Last year alone, Boeing spent $15.12 million lobbying all parts of government — including the FAA — according to OpenSecrets, which tracks money in U.S. politics.

In the month of January 2019 alone, disclosures from the Federal Election Commission reveal that the company raised nearly $230,000 — the majority going to various campaigns across the state for their inaugural committee, etc.

Hall, the former NTSB chief, noted that the structure and the relationship between Boeing and the government “has been very close and unfortunately that’s not unusual in the regulatory world of Washington D.C.”

Lined up beside a U.S. Boeing B-29 Superfortress are rows of bombs ready to be loaded on the bomber plane at one of the bases of Brig. Gen. Roger M. Ramey's 20th Bomber Command in India in this undated photo during World War II. (Photo credit: AP Photo/U.S. Army Air Force)

The distinction is important’

The FAA has a large role to play in the government’s relationship with Boeing.

The FAA was created in 1958 through a bill introduced by a Democratic senator from Oklahoma, intended to serve as an “independent Federal Aviation Agency to provide for the safe and efficient use of national airspace.”

In 2005, the FAA changed the process of selecting who was designated to certify if a new aircraft met government safety standards. The rule basically allowed manufacturers — like Boeing, not the FAA — to chose their own employees to certify their own planes.

“The distinction is important, because it suggests a slide toward industry self-certification,” Hall wrote in The New York Times in 2013.

An employee stands next to a Boeing Co. 737 Max 9 plane at the company's manufacturing facility in Renton, Washington, U.S., on Tuesday, Mar. 12, 2019. (Photo: David Ryder/Bloomberg via Getty Images)

OpenSecrets noted that the FAA’s current Associate Administrator for Aviation Safety Ali Bahrami was previously with the trade association American Institute of Aeronautics and Astronautics, which represents around 300 aerospace and defense companies — including Boeing.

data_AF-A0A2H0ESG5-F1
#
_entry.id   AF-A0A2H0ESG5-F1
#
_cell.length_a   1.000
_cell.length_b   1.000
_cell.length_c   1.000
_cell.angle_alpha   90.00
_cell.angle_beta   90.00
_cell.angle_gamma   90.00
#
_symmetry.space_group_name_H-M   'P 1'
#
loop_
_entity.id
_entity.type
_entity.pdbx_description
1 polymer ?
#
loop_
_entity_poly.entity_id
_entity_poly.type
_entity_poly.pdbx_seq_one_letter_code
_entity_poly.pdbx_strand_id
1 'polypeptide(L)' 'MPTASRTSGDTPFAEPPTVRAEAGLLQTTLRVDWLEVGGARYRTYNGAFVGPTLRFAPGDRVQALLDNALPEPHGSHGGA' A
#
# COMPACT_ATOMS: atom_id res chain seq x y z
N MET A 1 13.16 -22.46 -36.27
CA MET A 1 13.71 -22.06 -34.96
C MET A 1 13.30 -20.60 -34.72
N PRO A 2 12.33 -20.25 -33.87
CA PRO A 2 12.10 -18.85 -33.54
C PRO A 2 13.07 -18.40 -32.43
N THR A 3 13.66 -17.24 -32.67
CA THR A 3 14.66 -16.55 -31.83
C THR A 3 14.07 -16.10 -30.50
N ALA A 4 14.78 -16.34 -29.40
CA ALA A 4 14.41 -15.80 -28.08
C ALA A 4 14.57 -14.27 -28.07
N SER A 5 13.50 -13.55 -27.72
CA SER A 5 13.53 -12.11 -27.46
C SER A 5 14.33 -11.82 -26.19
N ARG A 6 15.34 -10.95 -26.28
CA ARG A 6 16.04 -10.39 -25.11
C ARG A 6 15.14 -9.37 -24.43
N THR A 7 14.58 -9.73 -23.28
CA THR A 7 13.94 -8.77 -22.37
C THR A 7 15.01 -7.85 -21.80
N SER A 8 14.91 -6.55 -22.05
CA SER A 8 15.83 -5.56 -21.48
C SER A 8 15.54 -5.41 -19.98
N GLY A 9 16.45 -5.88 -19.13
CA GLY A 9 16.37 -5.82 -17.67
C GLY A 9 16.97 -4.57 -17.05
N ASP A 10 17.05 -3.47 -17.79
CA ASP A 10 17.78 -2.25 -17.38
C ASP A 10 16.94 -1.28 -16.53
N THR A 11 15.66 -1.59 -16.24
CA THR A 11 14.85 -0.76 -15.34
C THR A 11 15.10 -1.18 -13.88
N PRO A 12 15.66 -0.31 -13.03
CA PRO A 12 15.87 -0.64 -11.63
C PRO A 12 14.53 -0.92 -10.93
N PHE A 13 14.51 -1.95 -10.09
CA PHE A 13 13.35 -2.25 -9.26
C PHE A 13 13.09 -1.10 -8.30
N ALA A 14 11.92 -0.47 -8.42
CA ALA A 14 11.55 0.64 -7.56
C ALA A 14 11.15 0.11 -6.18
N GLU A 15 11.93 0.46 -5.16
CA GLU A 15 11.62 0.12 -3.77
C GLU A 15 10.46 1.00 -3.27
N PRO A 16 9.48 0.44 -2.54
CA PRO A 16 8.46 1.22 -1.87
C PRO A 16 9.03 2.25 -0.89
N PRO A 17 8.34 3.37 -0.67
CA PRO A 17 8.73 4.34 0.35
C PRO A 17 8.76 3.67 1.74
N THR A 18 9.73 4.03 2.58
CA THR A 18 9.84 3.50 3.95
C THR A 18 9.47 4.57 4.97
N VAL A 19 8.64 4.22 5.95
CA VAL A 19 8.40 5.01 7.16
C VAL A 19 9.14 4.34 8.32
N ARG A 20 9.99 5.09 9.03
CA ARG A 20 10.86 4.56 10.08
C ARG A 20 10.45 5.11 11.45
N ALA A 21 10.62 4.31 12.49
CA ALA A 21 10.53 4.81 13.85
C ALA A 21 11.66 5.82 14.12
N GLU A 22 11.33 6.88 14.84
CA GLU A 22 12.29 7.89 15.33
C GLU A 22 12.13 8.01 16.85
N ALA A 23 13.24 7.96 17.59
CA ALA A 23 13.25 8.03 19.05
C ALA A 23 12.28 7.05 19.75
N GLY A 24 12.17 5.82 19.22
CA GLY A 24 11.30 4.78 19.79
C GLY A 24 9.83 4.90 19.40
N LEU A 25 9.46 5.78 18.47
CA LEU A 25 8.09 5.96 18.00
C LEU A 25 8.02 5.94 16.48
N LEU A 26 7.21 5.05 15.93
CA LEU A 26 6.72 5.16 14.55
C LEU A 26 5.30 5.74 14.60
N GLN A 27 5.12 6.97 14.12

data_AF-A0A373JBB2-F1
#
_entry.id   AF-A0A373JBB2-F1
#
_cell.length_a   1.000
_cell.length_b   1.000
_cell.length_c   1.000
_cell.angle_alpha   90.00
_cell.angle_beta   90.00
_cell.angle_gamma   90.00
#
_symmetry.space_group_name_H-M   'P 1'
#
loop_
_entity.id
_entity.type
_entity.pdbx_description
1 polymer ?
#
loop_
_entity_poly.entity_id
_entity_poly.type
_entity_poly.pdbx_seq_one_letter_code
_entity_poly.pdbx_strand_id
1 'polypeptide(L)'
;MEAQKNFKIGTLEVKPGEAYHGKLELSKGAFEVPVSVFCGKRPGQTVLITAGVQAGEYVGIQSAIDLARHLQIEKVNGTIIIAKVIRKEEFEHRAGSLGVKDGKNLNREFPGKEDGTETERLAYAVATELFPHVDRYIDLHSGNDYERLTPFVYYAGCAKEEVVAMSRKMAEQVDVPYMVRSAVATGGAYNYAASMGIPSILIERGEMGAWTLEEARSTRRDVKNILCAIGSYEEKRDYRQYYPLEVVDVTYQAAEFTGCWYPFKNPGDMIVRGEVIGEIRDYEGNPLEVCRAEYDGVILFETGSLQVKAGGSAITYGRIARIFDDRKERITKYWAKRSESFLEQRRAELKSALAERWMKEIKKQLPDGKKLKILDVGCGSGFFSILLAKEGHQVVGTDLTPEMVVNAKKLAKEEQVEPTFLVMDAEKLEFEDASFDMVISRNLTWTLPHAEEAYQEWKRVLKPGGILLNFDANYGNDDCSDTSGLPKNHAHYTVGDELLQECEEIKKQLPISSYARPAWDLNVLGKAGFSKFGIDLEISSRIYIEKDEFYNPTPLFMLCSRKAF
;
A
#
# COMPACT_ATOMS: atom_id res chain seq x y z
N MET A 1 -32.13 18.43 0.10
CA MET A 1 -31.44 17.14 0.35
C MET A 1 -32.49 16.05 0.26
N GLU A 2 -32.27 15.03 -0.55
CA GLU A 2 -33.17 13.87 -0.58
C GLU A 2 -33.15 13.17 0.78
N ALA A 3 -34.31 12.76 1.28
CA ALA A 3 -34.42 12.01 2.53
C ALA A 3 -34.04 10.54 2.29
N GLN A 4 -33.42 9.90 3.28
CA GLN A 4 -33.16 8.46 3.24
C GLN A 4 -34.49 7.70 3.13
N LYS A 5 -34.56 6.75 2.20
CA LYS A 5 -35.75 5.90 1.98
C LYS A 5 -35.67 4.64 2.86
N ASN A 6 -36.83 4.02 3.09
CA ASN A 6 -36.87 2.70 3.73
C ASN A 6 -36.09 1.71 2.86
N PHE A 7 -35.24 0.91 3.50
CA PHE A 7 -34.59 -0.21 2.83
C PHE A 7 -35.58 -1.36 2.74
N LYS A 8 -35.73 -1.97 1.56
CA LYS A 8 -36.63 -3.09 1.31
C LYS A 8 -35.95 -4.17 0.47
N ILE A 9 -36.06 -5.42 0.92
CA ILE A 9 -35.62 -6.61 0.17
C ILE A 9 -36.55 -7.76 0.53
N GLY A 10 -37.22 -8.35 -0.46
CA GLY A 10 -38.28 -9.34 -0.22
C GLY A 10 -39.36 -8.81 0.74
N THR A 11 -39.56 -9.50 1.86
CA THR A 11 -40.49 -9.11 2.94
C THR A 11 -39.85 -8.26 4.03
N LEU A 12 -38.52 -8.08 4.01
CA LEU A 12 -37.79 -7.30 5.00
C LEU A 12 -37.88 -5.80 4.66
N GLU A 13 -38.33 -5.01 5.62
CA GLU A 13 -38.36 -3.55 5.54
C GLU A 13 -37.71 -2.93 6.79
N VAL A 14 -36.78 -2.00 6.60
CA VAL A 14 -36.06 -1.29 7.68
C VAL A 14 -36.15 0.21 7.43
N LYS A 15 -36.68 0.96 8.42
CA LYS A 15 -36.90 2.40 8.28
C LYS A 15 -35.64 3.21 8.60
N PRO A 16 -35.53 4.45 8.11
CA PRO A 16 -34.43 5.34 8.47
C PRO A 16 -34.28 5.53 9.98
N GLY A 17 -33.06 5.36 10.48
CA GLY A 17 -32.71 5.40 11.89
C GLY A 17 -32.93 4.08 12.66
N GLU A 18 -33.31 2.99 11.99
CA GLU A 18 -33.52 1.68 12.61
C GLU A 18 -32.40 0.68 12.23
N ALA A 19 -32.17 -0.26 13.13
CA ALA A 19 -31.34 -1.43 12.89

Bahrami, an Obama-era appointee, was “very pro industry,” an unnamed FAA safety engineer told Seattle Times in 2017. The source added that Bahrami pushed for the FAA to delegate more safety inspections to the airline manufacturers’ staff.

Multiple experts explained to Yahoo Finance that Boeing’s safety officers knew their profession best and that the time-strapped FAA agents could outsource some of their inspections and retain a more supervisory role.

"The closest parallel you may think of is the medical profession ... where the pharmaceutical companies are the only place who've got the resources to carry out these tests," Ken Button, a transportation expert and public policy professor at George Mason University’s Schar School of Policy and Government, told Yahoo Finance.

“The question is," Button continued, "What tests were carried out [and] how much pressure did Boeing put on the FAA to minimize the tests or to allow them to do them quickly?”

An Air Canada Boeing 737 MAX 8 jet approaches Toronto Pearson International Airport for landing on March 13, 2019 in Toronto, Canada. (Photo: Cole Burston/Getty Images)

‘As far potential conflict of interest — absolutely’

The FAA previously came under fire for outsourcing too much in 1993 when the Government Accountability Office (GAO) accused the agency of falling behind in “technical competence,” as 95% of the certification work for the Boeing 747-400 was delegated to the manufacturer in 1989.

The unusually high ratio of Boeing to FAA employees working on certifications “was one of my concerns,” Hall said. “I have raised in every occasion when I’ve had the opportunity to — because I think it’s hard of safety process.”

Furthermore, highlighting the risk of graft, FAA employees were found to have broken the law in some cases.

In 2010, an FAA safety inspector pleaded guilty to illegally issuing certifications to a helicopter operator without even inspecting or examining them in exchange for bribes.

In 2018, an FAA-designated airworthiness representative pleaded guilty to falsely representing the conditions of multiple commercial aircraft parts without conducting inspections as well — and also in exchange for bribes.

“I myself have not witnessed any, or even a situation where I thought it was kind of suspicious,” Curtis, the former Boeing safety engineer, said of the inspection process. But “as far potential conflict of interest — absolutely.”

Aarthi is a writer for Yahoo Finance. Follow her on Twitter @aarthiswami.